To save the environment, protect DNR’s control of school lands
by Lee Grose
Capitol State Forest Credit: Jessica Payne/Courtesy of the Department of Natural Resources
In a recent guest opinion, “Stop funding school construction with clear cuts,” Web Hutchins attempted to make the case that the state should stop harvesting timber on forested lands managed by the Washington State Department of Natural Resources (DNR). Unfortunately, many of the “facts” Mr. Hutchins uses to support his opinion are either misleading or questionable. As a member of the Board of Natural Resources, which oversees timber sales on DNR-managed properties, I would like to share some of the good work the agency is doing to protect our natural areas in the forest, while providing economic benefits for schools, counties and other beneficiaries.
In the last 20 years, DNR has made major changes to its land management strategies to protect habitats for threatened and endangered species. These changes have included dedicating hundreds of thousands of acres of land to long-term habitat protection and establishing thorough environmental reviews of proposed harvests to ensure management practices are environmentally sustainable.
One notable change DNR made was to stop harvesting old-growth stands. In 2006, DNR formally banned the practice. At that time, the DNR collaborated with the University of Washington to craft procedures that identify and protect newly-identified, old-growth stands, in addition to any old-growth stands that were known at the time.
Another change made by DNR was to replace clear cuts with variable retention harvests. In this harvesting method, special habitats — including riparian areas, wetlands and old-growth stands, among others — are protected. If you live in Western Washington, then you know how wet it is. DNR ends up protecting a lot of land: For the average 40-acre area that is harvested, there is generally another 20-40 acres that will never be cut for various reasons. In addition, within the harvested area, roughly 10 percent of all trees are left to protect various wildlife features or species.
To give you a sense for the scale of this protection, of the 1,273,000 acres of DNR-managed forested land within the range of the endangered marbled murrelet, an incredible 495,000 acres (39 percent) are under protected status. The reasons for conserving these diverse landscapes include protection for streams, wetlands, potentially unstable slopes, and the presence of habitats for threatened and endangered species.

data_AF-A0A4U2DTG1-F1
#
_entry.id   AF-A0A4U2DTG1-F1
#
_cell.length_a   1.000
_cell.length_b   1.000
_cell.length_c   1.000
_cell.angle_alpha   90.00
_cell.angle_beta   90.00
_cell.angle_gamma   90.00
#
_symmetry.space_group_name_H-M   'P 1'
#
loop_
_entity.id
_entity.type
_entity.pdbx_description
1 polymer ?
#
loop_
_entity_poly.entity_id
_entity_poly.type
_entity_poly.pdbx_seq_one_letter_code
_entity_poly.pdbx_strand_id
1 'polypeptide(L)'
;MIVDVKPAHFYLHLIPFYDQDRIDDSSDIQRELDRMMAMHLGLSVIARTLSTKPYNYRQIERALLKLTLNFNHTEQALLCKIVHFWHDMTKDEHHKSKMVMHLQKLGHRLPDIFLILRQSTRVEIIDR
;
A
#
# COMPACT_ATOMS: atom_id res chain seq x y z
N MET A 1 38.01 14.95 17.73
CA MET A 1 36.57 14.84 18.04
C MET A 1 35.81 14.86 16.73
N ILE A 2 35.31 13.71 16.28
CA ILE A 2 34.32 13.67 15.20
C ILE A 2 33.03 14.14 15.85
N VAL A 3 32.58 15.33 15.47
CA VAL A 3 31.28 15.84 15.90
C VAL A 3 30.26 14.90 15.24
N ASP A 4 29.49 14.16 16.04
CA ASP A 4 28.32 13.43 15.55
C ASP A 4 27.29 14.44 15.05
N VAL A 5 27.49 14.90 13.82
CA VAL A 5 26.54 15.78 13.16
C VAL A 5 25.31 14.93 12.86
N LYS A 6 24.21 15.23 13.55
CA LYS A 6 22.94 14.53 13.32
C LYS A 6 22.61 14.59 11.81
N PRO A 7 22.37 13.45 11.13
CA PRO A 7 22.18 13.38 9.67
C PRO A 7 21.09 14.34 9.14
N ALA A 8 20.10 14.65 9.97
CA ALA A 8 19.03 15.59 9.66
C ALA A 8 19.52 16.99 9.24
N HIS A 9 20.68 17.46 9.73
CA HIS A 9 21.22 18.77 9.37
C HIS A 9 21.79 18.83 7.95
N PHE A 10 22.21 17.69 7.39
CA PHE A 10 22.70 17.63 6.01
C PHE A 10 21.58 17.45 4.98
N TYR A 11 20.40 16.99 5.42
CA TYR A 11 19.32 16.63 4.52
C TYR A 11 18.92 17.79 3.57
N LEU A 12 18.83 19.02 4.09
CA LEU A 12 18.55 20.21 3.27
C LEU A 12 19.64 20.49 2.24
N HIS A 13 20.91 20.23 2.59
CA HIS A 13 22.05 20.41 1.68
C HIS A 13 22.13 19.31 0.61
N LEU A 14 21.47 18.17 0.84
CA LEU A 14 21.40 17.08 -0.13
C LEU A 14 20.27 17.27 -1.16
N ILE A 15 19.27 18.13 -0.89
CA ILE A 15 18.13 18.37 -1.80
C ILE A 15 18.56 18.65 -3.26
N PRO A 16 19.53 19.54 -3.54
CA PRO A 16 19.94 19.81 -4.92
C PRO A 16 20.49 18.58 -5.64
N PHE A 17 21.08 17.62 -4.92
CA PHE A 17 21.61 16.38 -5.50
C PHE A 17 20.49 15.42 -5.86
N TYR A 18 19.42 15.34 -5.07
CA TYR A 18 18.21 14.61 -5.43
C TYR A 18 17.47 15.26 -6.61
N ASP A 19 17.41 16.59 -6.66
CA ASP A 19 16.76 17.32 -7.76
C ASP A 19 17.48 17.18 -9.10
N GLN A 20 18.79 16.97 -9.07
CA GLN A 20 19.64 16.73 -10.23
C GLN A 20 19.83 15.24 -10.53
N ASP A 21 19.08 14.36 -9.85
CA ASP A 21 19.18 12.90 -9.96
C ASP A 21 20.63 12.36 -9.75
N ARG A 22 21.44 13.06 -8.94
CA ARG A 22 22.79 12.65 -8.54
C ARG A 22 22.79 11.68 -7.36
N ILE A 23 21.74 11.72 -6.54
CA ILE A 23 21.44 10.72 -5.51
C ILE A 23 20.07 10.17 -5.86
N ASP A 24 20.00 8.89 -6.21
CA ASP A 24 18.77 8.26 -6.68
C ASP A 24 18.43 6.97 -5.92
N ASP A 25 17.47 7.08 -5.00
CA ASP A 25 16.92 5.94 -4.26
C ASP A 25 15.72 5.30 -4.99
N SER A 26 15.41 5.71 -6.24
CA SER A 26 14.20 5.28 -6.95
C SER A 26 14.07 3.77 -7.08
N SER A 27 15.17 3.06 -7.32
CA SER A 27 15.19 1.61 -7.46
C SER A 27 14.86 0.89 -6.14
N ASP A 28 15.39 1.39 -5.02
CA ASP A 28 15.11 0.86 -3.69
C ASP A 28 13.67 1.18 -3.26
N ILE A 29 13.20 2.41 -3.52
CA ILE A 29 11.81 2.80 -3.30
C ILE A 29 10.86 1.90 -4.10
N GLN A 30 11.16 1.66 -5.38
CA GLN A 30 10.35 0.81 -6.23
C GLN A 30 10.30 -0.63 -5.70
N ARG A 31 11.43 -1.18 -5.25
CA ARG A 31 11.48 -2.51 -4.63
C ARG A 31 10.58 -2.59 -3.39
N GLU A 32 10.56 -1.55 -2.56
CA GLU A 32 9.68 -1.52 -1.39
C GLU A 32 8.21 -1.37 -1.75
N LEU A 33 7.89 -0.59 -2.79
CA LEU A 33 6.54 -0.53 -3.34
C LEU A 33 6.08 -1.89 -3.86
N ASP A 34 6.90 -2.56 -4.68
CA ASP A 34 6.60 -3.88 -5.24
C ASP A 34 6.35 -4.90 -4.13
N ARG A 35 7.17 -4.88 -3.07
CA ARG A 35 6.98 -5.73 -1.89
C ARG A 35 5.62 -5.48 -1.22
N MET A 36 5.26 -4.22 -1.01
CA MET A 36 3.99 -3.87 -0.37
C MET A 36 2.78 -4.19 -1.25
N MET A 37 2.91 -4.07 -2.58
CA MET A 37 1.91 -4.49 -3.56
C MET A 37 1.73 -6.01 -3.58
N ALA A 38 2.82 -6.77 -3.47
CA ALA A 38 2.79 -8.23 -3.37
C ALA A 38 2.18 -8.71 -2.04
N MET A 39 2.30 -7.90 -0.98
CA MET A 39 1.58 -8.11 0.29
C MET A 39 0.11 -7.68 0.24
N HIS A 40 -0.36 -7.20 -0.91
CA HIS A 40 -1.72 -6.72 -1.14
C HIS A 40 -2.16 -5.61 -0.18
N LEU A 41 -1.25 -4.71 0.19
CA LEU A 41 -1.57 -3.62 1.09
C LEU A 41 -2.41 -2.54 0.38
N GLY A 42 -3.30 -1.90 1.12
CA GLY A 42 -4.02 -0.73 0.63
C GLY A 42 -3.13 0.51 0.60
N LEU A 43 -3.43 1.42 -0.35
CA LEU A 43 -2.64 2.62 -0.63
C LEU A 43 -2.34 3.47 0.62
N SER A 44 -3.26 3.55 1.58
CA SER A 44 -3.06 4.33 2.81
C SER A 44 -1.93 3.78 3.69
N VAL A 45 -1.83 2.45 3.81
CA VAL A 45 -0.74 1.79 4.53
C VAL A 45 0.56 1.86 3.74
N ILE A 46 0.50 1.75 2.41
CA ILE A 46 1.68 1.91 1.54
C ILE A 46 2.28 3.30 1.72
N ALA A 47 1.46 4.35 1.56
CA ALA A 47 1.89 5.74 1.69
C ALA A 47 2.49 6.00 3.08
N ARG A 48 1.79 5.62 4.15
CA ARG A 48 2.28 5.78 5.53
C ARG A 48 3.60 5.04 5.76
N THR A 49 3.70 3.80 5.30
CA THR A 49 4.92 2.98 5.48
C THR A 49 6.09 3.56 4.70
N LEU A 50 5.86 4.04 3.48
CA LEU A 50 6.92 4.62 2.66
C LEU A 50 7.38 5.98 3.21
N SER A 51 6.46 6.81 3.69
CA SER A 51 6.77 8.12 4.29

Since 2001, all non-federal forest managers are held to a high standard for timber harvesting and forest road construction. Harvesting on steep slopes requires detailed field evaluation and regulatory review to determine if there is significant risk of slope failure; if so, harvesting is not allowed. In addition, by 2016, all forest landowners are legally required to finish retrofitting their entire forest road networks to ensure that all culverts and stream crossings are capable of withstanding 100-year flooding events. In the last decade, a fraction of all landslides have started on these improved roads; the majority of these landslides have either been naturally caused or have occurred where roads had not yet been upgraded.
Another example of DNR’s sustainable management is the collaborative efforts with partners such as King County, Forterra, The Nature Conservancy, The Trust for Public Land and many others to conserve thousands of acres of land as working forests. The majority of these lands have conservation easements that allow timber harvest. This is due to the growing recognition that forest management is compatible with environmental protection.
The other point that Mr. Hutchins makes is that the revenues provided from DNR-managed lands are minuscule and irrelevant in today’s world. As a Lewis County commissioner, I have seen firsthand how far this is from realistic. This source of funding is a major component of budgets that have been severely reduced by the recent downturn in the economy. These funds supplement county general fund budgets, as well as the budgets of junior taxing districts such as fire departments, libraries, hospitals, and water and sewer districts, not to mention critical support of K-12 school construction throughout the state. In some counties, this may account for up to 40 percent of their entire operating budget, which provides for essential government services such as law enforcement, jails, courts, and health and human services.
Washington state is one of the best places in the world to sustainably grow trees due to its wet climate and volcanic soils. It is also one of the most protective states as far as forest management practices are concerned. While there are still individuals who oppose timber harvesting on public lands, the fact is that environmental groups, regulatory agencies and land managers are increasingly finding common ground in support of working forests because of the tremendous ecological, economic and quality of life benefits they provide for our state.
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